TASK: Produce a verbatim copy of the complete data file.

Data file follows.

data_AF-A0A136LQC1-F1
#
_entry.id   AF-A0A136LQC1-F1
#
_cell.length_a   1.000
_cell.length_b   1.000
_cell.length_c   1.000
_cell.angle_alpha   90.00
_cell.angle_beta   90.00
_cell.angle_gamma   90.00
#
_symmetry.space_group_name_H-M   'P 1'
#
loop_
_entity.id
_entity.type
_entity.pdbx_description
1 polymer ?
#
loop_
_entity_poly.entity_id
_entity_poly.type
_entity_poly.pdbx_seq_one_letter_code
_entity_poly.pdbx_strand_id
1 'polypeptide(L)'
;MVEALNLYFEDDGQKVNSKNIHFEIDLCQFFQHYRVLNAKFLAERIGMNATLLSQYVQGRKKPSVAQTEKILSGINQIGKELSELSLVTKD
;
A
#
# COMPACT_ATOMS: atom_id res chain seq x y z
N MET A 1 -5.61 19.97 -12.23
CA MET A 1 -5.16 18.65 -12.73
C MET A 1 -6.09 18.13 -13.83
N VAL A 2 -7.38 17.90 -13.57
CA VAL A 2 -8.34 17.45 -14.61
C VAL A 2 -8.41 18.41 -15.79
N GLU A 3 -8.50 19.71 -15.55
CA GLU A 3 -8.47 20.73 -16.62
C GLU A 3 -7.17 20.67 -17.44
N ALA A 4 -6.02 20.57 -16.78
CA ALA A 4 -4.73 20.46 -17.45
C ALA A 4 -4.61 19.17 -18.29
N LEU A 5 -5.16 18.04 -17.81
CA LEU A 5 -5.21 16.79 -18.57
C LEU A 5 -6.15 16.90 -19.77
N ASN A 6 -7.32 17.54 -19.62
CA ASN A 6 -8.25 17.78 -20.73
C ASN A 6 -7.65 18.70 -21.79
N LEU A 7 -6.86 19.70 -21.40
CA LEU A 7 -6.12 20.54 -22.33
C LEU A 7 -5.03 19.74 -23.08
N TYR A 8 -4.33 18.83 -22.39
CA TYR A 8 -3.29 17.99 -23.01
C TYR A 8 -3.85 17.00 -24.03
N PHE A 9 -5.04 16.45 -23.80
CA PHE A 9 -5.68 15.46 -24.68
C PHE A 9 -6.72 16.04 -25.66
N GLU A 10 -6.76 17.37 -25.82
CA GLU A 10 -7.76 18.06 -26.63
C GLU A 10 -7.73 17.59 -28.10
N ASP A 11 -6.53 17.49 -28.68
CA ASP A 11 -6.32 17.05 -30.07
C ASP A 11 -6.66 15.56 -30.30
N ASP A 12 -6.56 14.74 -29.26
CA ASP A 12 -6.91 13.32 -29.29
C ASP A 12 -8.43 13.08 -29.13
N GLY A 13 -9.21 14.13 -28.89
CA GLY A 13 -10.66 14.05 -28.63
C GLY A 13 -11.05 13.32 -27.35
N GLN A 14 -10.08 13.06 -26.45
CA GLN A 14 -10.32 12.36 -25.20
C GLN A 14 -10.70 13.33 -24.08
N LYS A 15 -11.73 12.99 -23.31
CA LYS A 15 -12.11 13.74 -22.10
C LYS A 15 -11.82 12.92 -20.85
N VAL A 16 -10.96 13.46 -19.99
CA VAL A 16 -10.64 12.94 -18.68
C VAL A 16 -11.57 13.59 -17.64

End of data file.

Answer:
data_AF-A0A136LQC1-F1
#
_entry.id   AF-A0A136LQC1-F1
#
_cell.length_a   1.000
_cell.length_b   1.000
_cell.length_c   1.000
_cell.angle_alpha   90.00
_cell.angle_beta   90.00
_cell.angle_gamma   90.00
#
_symmetry.space_group_name_H-M   'P 1'
#
loop_
_entity.id
_entity.type
_entity.pdbx_description
1 polymer ?
#
loop_
_entity_poly.entity_id
_entity_poly.type
_entity_poly.pdbx_seq_one_letter_code
_entity_poly.pdbx_strand_id
1 'polypeptide(L)'
;MVEALNLYFEDDGQKVNSKNIHFEIDLCQFFQHYRVLNAKFLAERIGMNATLLSQYVQGRKKPSVAQTEKILSGINQIGKELSELSLVTKD
;
A
#
# COMPACT_ATOMS: atom_id res chain seq x y z
N MET A 1 -5.61 19.97 -12.23
CA MET A 1 -5.16 18.65 -12.73
C MET A 1 -6.09 18.13 -13.83
N VAL A 2 -7.38 17.90 -13.57
CA VAL A 2 -8.34 17.45 -14.61
C VAL A 2 -8.41 18.41 -15.79
N GLU A 3 -8.50 19.71 -15.55
CA GLU A 3 -8.47 20.73 -16.62
C GLU A 3 -7.17 20.67 -17.44
N ALA A 4 -6.02 20.57 -16.78
CA ALA A 4 -4.73 20.46 -17.45
C ALA A 4 -4.61 19.17 -18.29
N LEU A 5 -5.16 18.04 -17.81
CA LEU A 5 -5.21 16.79 -18.57
C LEU A 5 -6.15 16.90 -19.77
N ASN A 6 -7.32 17.54 -19.62
CA ASN A 6 -8.25 17.78 -20.73
C ASN A 6 -7.65 18.70 -21.79
N LEU A 7 -6.86 19.70 -21.40
CA LEU A 7 -6.12 20.54 -22.33
C LEU A 7 -5.03 19.74 -23.08
N TYR A 8 -4.33 18.83 -22.39
CA TYR A 8 -3.29 17.99 -23.01
C TYR A 8 -3.85 17.00 -24.03
N PHE A 9 -5.04 16.45 -23.80
CA PHE A 9 -5.68 15.46 -24.68
C PHE A 9 -6.72 16.04 -25.66
N GLU A 10 -6.76 17.37 -25.82
CA GLU A 10 -7.76 18.06 -26.63
C GLU A 10 -7.73 17.59 -28.10
N ASP A 11 -6.53 17.49 -28.68
CA ASP A 11 -6.32 17.05 -30.07
C ASP A 11 -6.66 15.56 -30.30
N ASP A 12 -6.56 14.74 -29.26
CA ASP A 12 -6.91 13.32 -29.29
C ASP A 12 -8.43 13.08 -29.13
N GLY A 13 -9.21 14.13 -28.89
CA GLY A 13 -10.66 14.05 -28.63
C GLY A 13 -11.05 13.32 -27.35
N GLN A 14 -10.08 13.06 -26.45
CA GLN A 14 -10.32 12.36 -25.20
C GLN A 14 -10.70 13.33 -24.08
N LYS A 15 -11.73 12.99 -23.31
CA LYS A 15 -12.11 13.74 -22.10
C LYS A 15 -11.82 12.92 -20.85
N VAL A 16 -10.96 13.46 -19.99
CA VAL A 16 -10.64 12.94 -18.68
C VAL A 16 -11.57 13.59 -17.64